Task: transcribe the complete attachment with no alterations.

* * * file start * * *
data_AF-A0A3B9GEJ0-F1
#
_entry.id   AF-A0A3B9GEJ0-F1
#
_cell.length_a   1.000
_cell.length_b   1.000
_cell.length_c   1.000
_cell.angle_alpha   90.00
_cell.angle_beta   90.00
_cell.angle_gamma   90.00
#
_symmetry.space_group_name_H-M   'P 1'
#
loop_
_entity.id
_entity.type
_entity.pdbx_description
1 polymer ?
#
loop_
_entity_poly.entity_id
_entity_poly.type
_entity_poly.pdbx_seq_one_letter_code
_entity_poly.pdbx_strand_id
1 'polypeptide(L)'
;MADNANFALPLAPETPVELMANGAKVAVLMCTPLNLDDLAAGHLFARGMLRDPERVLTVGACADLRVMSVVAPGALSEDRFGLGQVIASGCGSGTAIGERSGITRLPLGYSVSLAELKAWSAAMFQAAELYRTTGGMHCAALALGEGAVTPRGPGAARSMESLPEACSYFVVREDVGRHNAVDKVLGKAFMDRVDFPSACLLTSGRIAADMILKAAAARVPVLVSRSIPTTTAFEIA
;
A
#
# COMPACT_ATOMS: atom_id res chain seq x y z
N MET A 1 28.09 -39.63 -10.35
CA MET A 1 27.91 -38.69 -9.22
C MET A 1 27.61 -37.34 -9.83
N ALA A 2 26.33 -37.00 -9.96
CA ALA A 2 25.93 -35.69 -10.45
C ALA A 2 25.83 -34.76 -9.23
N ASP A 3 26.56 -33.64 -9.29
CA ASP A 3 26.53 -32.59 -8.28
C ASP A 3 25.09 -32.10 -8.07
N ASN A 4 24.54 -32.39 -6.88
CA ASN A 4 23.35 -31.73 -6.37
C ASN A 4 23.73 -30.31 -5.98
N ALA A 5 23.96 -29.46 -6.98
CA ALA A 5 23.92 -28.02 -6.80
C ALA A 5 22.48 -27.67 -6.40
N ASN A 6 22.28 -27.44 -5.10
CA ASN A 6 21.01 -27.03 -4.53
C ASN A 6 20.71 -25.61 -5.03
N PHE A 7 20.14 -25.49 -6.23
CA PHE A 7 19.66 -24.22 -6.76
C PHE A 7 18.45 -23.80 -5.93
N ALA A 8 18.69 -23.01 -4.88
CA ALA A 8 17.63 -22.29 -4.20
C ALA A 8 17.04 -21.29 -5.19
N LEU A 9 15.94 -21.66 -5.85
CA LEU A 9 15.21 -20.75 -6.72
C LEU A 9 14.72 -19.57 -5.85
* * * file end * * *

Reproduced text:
data_AF-A0A3B9GEJ0-F1
#
_entry.id   AF-A0A3B9GEJ0-F1
#
_cell.length_a   1.000
_cell.length_b   1.000
_cell.length_c   1.000
_cell.angle_alpha   90.00
_cell.angle_beta   90.00
_cell.angle_gamma   90.00
#
_symmetry.space_group_name_H-M   'P 1'
#
loop_
_entity.id
_entity.type
_entity.pdbx_description
1 polymer ?
#
loop_
_entity_poly.entity_id
_entity_poly.type
_entity_poly.pdbx_seq_one_letter_code
_entity_poly.pdbx_strand_id
1 'polypeptide(L)'
;MADNANFALPLAPETPVELMANGAKVAVLMCTPLNLDDLAAGHLFARGMLRDPERVLTVGACADLRVMSVVAPGALSEDRFGLGQVIASGCGSGTAIGERSGITRLPLGYSVSLAELKAWSAAMFQAAELYRTTGGMHCAALALGEGAVTPRGPGAARSMESLPEACSYFVVREDVGRHNAVDKVLGKAFMDRVDFPSACLLTSGRIAADMILKAAAARVPVLVSRSIPTTTAFEIA
;
A
#
# COMPACT_ATOMS: atom_id res chain seq x y z
N MET A 1 28.09 -39.63 -10.35
CA MET A 1 27.91 -38.69 -9.22
C MET A 1 27.61 -37.34 -9.83
N ALA A 2 26.33 -37.00 -9.96
CA ALA A 2 25.93 -35.69 -10.45
C ALA A 2 25.83 -34.76 -9.23
N ASP A 3 26.56 -33.64 -9.29
CA ASP A 3 26.53 -32.59 -8.28
C ASP A 3 25.09 -32.10 -8.07
N ASN A 4 24.54 -32.39 -6.88
CA ASN A 4 23.35 -31.73 -6.37
C ASN A 4 23.73 -30.31 -5.98
N ALA A 5 23.96 -29.46 -6.98
CA ALA A 5 23.92 -28.02 -6.80
C ALA A 5 22.48 -27.67 -6.40
N ASN A 6 22.28 -27.44 -5.10
CA ASN A 6 21.01 -27.03 -4.53
C ASN A 6 20.71 -25.61 -5.03
N PHE A 7 20.14 -25.49 -6.23
CA PHE A 7 19.66 -24.22 -6.76
C PHE A 7 18.45 -23.80 -5.93
N ALA A 8 18.69 -23.01 -4.88
CA ALA A 8 17.63 -22.29 -4.20
C ALA A 8 17.04 -21.29 -5.19
N LEU A 9 15.94 -21.66 -5.85
CA LEU A 9 15.21 -20.75 -6.72
C LEU A 9 14.72 -19.57 -5.85